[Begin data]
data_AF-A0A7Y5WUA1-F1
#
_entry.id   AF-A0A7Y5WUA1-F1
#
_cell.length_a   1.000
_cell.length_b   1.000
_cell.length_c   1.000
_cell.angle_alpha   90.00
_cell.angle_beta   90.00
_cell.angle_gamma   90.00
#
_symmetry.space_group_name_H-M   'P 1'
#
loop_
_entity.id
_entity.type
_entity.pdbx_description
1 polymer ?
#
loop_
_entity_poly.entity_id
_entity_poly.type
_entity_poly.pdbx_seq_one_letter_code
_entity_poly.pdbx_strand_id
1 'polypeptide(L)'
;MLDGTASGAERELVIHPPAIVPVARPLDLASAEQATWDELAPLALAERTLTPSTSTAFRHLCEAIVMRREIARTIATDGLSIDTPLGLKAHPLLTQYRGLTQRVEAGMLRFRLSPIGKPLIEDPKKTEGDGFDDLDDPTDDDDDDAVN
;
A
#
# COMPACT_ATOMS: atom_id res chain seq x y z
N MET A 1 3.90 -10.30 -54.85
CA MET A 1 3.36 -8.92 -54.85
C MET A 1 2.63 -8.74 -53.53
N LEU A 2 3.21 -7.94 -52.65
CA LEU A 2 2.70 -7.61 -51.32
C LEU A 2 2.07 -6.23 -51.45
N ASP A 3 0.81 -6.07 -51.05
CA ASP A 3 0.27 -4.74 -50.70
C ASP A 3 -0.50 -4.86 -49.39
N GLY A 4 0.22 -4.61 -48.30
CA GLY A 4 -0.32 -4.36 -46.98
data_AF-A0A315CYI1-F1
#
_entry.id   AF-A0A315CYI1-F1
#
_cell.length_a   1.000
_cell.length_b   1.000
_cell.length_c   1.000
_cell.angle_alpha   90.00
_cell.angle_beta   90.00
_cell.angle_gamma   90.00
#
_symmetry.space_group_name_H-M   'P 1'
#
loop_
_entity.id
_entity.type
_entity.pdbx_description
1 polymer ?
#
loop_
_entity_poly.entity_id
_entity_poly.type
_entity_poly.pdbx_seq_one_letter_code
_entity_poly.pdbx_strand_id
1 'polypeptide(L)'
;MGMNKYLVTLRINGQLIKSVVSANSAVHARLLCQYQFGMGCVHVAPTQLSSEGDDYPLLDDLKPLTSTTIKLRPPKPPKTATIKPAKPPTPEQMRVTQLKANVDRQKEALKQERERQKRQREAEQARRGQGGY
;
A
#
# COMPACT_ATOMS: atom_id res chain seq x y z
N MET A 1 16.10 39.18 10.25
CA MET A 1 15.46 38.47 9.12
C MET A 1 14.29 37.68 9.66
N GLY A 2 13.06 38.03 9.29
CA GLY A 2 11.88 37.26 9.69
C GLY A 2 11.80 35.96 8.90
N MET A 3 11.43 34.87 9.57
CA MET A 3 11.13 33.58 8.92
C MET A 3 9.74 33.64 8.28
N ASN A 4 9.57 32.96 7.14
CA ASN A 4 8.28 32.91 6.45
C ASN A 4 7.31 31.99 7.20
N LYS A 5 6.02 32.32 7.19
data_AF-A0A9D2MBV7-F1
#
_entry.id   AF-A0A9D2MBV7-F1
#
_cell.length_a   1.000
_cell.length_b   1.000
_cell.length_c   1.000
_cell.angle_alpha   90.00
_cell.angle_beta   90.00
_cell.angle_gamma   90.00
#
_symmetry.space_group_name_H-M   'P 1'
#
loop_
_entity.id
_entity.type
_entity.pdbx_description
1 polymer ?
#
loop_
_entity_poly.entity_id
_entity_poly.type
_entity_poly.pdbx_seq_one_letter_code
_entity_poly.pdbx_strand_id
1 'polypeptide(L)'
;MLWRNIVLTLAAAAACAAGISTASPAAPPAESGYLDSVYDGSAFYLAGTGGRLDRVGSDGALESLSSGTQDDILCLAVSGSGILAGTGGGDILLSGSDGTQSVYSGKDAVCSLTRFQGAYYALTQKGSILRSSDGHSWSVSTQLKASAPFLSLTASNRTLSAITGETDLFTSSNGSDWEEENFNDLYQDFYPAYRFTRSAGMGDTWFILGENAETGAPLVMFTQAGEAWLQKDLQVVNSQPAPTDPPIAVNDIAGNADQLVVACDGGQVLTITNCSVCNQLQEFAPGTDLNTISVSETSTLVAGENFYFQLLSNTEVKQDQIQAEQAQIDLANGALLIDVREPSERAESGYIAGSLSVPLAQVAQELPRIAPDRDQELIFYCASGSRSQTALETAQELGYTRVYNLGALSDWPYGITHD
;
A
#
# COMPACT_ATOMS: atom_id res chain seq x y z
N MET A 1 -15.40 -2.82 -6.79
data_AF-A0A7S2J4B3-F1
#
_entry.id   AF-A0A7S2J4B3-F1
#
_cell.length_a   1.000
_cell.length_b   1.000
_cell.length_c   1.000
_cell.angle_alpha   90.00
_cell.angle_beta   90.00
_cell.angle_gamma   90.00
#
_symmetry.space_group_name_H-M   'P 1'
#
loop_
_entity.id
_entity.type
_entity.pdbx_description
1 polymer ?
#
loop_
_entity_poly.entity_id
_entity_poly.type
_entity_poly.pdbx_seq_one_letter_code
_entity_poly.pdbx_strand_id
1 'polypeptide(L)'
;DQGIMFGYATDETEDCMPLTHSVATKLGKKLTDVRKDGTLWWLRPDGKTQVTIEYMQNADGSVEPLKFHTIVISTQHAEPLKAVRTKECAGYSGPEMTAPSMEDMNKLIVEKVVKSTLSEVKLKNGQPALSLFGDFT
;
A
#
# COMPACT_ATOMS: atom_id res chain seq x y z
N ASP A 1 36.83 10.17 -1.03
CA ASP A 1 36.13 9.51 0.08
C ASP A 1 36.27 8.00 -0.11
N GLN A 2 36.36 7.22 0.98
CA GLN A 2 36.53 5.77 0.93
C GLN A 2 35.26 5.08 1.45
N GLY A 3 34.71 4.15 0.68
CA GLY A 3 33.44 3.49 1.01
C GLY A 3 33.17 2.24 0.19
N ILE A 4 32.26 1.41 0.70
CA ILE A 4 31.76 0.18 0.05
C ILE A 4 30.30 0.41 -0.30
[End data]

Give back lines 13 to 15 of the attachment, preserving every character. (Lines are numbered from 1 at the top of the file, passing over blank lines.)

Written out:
#
loop_
_entity.id